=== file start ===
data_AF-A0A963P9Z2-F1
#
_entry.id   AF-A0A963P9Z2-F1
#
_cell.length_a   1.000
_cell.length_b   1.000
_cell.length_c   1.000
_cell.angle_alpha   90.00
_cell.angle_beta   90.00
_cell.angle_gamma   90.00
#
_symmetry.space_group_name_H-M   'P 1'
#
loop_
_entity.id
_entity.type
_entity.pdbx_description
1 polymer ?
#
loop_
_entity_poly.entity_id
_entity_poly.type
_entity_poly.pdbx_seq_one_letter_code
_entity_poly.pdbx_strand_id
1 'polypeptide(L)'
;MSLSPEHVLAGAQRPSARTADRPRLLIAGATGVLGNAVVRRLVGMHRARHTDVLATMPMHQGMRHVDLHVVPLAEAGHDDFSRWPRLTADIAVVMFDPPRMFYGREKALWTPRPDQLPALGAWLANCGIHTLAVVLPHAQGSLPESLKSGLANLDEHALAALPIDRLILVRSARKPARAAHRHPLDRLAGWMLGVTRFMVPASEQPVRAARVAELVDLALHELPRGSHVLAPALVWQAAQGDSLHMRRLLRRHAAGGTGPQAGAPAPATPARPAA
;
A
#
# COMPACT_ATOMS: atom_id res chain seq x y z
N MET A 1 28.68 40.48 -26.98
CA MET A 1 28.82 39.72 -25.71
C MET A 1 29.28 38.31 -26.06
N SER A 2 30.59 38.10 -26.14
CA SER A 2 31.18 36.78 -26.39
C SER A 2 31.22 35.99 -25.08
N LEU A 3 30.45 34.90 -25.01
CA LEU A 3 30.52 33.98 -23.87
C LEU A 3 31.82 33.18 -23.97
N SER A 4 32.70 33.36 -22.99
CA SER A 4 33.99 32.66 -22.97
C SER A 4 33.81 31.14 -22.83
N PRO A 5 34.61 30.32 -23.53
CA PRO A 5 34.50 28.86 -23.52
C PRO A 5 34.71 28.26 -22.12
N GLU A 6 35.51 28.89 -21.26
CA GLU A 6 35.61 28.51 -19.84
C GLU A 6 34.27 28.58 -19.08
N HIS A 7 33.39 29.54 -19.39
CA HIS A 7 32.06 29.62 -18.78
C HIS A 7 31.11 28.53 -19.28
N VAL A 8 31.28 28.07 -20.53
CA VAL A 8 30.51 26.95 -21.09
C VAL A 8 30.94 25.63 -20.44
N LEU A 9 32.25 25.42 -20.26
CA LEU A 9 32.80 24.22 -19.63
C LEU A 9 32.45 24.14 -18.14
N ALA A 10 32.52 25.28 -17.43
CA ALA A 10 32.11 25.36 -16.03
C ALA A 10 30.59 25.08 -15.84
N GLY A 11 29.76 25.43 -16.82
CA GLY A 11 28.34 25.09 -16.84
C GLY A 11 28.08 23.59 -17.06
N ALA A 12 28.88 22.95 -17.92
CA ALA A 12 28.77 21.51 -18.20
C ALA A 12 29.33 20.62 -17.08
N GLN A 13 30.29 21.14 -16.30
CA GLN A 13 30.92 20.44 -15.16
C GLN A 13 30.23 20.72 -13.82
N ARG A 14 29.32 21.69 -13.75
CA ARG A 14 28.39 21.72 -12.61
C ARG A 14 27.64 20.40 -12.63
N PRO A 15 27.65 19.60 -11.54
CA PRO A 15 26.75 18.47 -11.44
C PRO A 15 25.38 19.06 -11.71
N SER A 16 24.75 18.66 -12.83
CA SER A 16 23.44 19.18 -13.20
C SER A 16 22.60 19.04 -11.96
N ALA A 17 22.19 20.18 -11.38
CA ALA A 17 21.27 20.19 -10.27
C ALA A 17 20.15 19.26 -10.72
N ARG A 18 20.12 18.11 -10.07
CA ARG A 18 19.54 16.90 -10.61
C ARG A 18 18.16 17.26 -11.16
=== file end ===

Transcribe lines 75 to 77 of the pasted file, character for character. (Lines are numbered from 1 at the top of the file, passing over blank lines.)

C PRO A 15 25.38 19.06 -11.71
N SER A 16 24.75 18.66 -12.83
CA SER A 16 23.44 19.18 -13.20